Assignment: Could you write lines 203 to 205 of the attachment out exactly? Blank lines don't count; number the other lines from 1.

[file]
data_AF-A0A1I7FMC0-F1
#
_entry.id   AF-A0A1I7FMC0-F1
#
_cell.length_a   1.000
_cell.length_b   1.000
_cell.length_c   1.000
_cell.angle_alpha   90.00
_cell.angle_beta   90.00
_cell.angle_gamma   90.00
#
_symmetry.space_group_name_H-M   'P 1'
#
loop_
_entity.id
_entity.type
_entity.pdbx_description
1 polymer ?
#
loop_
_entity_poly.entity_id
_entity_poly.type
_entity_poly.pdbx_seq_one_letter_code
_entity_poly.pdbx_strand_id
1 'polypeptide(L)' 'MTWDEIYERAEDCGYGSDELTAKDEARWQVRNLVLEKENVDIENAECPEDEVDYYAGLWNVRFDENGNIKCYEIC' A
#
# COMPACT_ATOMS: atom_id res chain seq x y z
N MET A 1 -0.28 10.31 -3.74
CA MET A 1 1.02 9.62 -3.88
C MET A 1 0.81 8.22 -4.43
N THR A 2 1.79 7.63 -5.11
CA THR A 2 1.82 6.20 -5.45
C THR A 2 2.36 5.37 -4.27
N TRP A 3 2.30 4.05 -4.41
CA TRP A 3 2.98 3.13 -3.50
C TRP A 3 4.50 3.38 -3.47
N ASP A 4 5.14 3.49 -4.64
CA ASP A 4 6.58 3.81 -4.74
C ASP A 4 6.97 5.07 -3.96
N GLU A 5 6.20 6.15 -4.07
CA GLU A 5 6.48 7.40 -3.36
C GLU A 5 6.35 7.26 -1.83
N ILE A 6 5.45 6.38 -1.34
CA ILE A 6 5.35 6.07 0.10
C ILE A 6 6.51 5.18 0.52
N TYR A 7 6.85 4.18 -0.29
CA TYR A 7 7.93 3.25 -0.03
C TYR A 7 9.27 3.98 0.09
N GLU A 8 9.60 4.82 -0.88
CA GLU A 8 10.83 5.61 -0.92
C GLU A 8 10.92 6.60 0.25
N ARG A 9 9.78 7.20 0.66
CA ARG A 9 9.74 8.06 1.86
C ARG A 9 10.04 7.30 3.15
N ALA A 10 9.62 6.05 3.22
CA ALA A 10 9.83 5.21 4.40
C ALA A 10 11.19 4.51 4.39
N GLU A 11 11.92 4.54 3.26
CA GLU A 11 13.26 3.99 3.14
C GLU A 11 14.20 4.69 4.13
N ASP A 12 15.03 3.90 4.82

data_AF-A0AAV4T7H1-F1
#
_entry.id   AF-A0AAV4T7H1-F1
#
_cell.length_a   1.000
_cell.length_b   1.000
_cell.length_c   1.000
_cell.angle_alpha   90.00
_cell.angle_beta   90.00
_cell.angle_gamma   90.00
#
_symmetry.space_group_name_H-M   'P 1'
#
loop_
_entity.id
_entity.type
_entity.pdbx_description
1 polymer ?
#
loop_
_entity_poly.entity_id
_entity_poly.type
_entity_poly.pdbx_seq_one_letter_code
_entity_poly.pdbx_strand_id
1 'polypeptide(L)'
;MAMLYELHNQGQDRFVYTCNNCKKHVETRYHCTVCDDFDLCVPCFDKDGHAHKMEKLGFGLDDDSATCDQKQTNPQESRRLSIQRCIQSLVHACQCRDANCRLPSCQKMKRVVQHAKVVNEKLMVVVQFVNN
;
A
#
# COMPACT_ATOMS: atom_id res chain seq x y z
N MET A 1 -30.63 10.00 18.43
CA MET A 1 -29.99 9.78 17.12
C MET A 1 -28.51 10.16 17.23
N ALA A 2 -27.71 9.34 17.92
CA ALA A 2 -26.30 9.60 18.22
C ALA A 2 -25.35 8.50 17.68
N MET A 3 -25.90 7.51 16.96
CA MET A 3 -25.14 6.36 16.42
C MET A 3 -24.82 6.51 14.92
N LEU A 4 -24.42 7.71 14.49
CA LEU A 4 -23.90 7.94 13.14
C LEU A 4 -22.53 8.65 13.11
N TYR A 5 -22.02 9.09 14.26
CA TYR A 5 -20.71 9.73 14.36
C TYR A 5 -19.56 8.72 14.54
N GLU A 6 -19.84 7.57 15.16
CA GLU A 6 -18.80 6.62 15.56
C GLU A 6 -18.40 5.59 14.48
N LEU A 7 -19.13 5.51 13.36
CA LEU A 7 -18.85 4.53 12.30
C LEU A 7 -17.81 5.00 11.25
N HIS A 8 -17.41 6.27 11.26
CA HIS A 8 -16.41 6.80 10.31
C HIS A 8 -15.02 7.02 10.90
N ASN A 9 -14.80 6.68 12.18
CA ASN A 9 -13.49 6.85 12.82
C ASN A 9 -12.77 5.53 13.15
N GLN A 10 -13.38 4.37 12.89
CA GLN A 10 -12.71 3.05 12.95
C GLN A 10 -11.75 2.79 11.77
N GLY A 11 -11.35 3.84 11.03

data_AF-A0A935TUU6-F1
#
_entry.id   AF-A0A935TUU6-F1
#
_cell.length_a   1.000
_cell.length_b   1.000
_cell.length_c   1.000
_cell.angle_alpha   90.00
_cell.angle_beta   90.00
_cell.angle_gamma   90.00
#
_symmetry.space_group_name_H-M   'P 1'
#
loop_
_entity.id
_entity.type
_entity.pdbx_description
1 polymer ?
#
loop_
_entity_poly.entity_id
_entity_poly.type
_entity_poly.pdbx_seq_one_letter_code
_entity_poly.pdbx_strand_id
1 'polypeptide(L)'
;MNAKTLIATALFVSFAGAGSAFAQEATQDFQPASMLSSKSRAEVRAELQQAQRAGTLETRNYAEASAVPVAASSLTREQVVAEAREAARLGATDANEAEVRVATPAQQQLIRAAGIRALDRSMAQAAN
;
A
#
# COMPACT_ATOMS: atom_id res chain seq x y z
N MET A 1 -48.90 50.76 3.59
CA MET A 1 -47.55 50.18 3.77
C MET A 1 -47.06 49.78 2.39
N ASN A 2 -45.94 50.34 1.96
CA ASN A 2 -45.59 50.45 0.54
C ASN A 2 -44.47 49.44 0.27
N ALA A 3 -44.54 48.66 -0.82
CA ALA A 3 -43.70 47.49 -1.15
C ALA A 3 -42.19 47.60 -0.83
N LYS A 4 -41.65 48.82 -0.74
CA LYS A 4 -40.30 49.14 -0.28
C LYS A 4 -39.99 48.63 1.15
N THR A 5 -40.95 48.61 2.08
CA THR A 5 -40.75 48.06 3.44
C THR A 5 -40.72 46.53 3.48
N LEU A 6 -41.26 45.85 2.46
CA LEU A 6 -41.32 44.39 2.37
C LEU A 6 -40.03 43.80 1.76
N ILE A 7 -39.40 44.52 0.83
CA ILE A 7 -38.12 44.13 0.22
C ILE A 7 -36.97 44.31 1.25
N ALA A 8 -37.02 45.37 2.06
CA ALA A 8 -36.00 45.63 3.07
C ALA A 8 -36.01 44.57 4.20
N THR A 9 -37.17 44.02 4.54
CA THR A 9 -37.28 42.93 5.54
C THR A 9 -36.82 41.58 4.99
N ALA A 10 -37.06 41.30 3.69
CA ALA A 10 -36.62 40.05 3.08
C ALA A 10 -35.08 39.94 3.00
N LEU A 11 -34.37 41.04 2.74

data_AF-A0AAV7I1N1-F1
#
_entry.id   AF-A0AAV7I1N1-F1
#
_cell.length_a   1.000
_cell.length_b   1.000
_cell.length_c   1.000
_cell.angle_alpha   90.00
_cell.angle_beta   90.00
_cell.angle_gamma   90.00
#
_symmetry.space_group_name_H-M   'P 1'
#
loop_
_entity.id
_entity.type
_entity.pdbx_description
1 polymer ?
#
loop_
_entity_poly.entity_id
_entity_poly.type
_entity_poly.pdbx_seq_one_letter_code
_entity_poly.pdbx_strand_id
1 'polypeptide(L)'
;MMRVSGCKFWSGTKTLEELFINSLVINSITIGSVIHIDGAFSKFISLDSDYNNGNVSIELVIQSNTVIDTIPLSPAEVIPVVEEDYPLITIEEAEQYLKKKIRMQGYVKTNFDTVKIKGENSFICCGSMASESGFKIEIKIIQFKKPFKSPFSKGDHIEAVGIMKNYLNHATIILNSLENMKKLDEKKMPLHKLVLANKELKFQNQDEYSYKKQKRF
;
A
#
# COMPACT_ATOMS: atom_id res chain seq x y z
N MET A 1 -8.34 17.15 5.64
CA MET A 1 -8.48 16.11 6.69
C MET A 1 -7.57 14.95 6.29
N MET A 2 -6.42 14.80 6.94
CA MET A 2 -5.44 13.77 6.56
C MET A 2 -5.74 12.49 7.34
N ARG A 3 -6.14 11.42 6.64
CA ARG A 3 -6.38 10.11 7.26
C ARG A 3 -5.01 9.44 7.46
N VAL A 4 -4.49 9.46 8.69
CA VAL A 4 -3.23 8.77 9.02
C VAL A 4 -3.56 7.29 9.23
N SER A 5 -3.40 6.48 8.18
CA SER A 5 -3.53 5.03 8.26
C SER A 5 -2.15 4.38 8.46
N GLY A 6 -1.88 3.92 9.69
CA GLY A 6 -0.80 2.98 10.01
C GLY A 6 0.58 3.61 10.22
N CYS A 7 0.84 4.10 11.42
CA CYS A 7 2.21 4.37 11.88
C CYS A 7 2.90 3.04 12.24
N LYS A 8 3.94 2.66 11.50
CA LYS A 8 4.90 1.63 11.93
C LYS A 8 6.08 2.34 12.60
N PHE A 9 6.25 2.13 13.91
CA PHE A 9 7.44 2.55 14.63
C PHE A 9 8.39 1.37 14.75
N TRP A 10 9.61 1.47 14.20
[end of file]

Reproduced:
loop_
_entity_poly.entity_id
_entity_poly.type